Fire Lieutenant's Legacy Of Joy

SI Advance - December 20, 2008


Mates, kin step in and deliver 700 toys to Island burn unit where FDNY hero was treated

STATEN ISLAND, N.Y. -- Fire Lt. Robert Ryan's goodness didn't die with him.

Yesterday, dozens of children in Staten Island University Hospital's burn unit were beneficiaries of the largess that he inspired.

They beamed as Santa distributed board games, race cars and Barbie dolls in the Jerome L. Finkelstein Regional Burn Center.

While the children cheered "Thank you, Santa," everyone else in the room knew the gifts hadn't come from the North Pole.

They were the fruit of the efforts of a man who died fighting a fire just days after organizing the third annual toy drive for the hospital.

Members of FDNY Engine Co. 155/Ladder Co. 78 in New Brighton and Lt. Ryan's family delivered more than 700 toys to the hospital, keeping alive both the toy drive Ryan started in 2006 and the memory of their fallen hero.

"This is a good day, a good memory," said Capt. Brian Gorman of Engine 155.

Ryan, a 20-year veteran of the FDNY, died when the roof of a burning New Brighton home collapsed on him in late November. Debris from the crumbling ceiling dislodged his breathing apparatus, causing Ryan to succumb to smoke inhalation.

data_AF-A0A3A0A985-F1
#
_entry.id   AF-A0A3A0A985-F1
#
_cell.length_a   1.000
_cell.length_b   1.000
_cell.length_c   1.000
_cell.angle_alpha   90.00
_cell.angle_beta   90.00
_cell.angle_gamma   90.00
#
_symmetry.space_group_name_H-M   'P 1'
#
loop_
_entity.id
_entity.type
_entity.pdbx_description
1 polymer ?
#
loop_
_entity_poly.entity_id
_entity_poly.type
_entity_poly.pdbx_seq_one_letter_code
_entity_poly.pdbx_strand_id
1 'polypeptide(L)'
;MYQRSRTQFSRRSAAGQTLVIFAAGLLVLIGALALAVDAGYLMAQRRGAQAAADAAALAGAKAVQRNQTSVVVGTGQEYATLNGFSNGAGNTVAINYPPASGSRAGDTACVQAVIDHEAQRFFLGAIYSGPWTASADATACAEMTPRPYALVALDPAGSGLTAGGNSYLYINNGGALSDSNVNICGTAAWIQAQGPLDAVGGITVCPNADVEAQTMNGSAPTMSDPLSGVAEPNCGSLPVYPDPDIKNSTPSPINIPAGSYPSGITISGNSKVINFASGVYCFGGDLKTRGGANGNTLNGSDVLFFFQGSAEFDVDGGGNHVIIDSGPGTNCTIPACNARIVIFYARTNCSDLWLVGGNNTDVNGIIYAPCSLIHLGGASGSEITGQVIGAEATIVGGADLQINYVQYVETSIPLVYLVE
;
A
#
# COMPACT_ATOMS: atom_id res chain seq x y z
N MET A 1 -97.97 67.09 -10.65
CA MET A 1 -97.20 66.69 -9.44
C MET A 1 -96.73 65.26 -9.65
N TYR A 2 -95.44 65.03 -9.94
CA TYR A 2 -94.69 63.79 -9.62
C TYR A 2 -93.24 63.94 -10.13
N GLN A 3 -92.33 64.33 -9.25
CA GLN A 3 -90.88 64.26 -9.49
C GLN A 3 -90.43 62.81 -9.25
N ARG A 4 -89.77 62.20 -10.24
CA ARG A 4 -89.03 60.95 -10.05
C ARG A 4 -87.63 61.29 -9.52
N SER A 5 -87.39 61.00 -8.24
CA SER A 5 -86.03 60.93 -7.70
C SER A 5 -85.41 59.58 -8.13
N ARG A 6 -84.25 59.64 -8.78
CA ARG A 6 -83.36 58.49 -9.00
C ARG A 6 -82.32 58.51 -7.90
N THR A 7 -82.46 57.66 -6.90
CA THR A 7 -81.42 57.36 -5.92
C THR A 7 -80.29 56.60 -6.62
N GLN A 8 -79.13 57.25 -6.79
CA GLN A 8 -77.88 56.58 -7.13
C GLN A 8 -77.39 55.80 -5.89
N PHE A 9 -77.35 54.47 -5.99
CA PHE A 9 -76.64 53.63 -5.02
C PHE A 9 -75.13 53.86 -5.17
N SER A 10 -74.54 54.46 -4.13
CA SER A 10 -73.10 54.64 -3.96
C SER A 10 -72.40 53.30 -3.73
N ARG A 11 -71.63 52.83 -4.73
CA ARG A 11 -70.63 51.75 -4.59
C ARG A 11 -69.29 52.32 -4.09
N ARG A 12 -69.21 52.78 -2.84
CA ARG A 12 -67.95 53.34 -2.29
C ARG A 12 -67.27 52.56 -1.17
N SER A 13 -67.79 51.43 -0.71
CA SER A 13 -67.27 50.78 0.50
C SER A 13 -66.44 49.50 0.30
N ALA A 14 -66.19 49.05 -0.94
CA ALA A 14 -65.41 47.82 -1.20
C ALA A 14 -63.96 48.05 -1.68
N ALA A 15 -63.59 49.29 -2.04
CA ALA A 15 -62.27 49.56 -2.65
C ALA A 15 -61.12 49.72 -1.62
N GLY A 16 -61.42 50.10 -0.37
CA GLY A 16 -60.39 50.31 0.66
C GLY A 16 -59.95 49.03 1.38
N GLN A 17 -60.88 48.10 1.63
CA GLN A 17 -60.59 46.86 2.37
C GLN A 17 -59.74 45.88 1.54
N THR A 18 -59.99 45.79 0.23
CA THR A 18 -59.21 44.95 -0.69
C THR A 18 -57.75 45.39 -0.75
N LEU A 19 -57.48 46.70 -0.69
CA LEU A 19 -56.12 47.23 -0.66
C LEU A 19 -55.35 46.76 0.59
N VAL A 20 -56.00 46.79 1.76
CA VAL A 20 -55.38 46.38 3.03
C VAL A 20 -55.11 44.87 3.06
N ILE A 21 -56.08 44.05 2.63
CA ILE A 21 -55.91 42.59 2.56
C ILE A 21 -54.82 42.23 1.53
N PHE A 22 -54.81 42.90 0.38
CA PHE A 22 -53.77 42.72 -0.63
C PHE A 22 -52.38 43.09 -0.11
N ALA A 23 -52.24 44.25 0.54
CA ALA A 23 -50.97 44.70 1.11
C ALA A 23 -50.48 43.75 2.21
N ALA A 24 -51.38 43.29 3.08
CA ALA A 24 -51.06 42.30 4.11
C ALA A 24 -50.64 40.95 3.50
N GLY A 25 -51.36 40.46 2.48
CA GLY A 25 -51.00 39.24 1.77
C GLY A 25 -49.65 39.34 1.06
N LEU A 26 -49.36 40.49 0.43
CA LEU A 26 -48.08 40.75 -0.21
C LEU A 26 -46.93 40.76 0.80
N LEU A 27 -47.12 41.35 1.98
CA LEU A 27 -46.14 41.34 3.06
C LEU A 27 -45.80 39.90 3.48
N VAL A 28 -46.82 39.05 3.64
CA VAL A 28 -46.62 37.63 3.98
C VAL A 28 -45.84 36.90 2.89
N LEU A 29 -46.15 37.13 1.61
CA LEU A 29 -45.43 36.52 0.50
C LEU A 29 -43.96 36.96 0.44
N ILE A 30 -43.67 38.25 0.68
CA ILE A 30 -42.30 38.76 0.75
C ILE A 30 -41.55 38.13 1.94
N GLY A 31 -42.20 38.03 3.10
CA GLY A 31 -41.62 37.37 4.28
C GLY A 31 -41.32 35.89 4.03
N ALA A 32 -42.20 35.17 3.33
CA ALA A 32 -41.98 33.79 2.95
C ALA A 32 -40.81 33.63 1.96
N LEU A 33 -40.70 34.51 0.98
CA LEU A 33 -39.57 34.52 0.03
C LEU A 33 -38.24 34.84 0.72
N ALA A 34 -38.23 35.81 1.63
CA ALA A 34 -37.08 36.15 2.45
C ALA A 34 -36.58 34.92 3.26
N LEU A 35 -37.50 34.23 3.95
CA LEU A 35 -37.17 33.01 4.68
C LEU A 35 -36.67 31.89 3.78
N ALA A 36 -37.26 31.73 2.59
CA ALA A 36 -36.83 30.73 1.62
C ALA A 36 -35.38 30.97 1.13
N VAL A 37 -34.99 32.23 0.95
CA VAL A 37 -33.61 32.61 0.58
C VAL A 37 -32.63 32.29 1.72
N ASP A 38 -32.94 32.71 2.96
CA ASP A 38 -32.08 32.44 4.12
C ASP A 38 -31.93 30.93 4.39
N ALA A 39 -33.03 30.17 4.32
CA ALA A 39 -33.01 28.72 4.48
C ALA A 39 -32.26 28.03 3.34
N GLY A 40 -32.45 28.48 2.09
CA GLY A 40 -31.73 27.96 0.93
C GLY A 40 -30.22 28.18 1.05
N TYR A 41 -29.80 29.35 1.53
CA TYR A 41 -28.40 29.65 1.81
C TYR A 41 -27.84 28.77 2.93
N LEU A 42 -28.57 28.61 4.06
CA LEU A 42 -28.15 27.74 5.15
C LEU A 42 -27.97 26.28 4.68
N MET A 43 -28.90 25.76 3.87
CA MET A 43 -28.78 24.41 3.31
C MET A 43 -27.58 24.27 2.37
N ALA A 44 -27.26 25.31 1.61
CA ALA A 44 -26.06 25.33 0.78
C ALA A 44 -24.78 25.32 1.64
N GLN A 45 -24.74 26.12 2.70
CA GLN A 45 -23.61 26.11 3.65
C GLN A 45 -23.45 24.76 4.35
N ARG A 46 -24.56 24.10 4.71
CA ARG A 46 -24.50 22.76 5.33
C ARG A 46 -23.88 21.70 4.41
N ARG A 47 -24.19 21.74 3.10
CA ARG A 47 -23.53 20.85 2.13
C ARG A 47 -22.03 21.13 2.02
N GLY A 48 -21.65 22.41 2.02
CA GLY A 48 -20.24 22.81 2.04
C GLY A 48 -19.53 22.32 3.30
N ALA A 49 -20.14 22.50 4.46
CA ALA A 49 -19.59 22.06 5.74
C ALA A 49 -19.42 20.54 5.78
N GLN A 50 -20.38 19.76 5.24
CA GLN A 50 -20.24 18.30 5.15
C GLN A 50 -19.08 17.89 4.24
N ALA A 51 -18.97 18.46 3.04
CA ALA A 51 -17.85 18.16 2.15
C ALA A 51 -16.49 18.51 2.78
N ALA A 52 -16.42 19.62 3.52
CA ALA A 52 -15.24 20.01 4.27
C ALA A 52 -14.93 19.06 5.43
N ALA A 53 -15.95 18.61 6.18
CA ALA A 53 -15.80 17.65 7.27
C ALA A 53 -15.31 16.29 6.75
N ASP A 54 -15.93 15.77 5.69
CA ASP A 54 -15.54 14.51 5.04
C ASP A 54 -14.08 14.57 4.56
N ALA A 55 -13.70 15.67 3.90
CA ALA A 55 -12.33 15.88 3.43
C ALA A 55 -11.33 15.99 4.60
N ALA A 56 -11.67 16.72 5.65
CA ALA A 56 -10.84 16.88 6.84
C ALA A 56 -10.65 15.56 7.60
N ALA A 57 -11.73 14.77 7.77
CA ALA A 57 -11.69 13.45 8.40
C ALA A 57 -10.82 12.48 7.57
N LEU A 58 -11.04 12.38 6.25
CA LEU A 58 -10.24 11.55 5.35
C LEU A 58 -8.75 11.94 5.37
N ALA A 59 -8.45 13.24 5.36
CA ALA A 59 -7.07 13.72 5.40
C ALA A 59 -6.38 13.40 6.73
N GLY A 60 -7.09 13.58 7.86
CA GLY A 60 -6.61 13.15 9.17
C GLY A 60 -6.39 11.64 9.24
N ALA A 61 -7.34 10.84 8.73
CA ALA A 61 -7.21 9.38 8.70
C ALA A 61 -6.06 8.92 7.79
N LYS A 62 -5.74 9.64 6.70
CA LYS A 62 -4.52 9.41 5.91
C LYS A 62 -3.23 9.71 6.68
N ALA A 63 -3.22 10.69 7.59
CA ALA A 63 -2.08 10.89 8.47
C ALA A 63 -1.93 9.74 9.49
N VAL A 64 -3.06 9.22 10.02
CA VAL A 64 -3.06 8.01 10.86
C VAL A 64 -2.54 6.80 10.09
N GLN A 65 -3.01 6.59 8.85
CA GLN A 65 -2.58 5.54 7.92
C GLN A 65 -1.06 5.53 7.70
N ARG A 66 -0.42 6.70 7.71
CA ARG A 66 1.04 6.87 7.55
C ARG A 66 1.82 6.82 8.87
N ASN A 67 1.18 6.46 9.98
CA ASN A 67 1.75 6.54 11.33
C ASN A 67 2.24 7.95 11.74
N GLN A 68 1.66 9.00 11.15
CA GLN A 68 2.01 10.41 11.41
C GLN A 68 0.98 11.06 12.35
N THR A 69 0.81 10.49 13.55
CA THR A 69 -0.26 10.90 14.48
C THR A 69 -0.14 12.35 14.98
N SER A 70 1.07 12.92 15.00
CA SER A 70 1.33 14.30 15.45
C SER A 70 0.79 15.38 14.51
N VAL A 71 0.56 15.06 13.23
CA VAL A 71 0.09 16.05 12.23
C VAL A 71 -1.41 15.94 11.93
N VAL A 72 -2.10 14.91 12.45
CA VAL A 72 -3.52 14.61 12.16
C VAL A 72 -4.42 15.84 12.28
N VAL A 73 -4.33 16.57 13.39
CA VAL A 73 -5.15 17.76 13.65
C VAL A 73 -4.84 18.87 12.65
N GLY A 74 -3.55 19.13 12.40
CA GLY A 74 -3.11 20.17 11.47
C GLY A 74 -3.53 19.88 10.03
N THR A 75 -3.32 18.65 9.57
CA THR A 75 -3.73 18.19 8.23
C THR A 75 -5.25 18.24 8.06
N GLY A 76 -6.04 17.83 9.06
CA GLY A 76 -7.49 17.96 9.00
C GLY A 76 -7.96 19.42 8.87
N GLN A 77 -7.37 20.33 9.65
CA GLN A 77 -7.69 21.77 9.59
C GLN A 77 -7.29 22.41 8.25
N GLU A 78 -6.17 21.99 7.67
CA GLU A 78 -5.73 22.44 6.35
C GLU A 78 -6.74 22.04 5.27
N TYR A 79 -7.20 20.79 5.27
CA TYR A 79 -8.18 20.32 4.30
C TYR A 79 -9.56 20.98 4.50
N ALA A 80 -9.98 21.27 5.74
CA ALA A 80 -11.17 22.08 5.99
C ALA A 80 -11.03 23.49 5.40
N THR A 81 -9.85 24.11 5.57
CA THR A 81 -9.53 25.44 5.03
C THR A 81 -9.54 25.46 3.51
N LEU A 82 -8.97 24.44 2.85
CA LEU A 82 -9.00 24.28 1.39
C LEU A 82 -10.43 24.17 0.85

FDNY Commissioner Nicholas Scoppetta expressed sorrow at the fact that he was leading yesterday's event instead of Ryan.

"Just a month ago, Lt. Ryan was busy with his preparations for the toy drive," Scoppetta said. "And it could not have occurred to anybody that he would not be standing up here today, doing what he loved to do."

Ryan decided to start the toy drive when he was a patient of the Finkelstein Burn Center in 2006. While fighting a blaze in Brooklyn, Ryan suffered severe burns to the back of his neck that threatened to cut short his career. But Ryan was able to return to the FDNY and found a way to honor the place that helped him return to his dream job.

Several members of Ryan's family turned out for the charity event, and while they were comforted by the strong show of support, they nevertheless acknowledged the bittersweet tone of the afternoon.

"This is a wonderful thing, but at the same time it's very upsetting," Ryan's sister, Diane Spallanzani, said. "Hopefully, something positive can come out of something negative."

"I would like (the kids) to know my father lived to help people," Ryan's 17-year-old son Christopher said. "If he got nothing in return for Christmas, he was happy as long as one of the kids was happy."

Hospital CEO Anthony C. Ferreri announced yesterday that four of the burn ward's rooms would be renamed in honor of four of the Island's fallen heroes -- Stephen Siller, Joseph Maffeo, Scott LaPiedra and Lt. "Bobby" Ryan.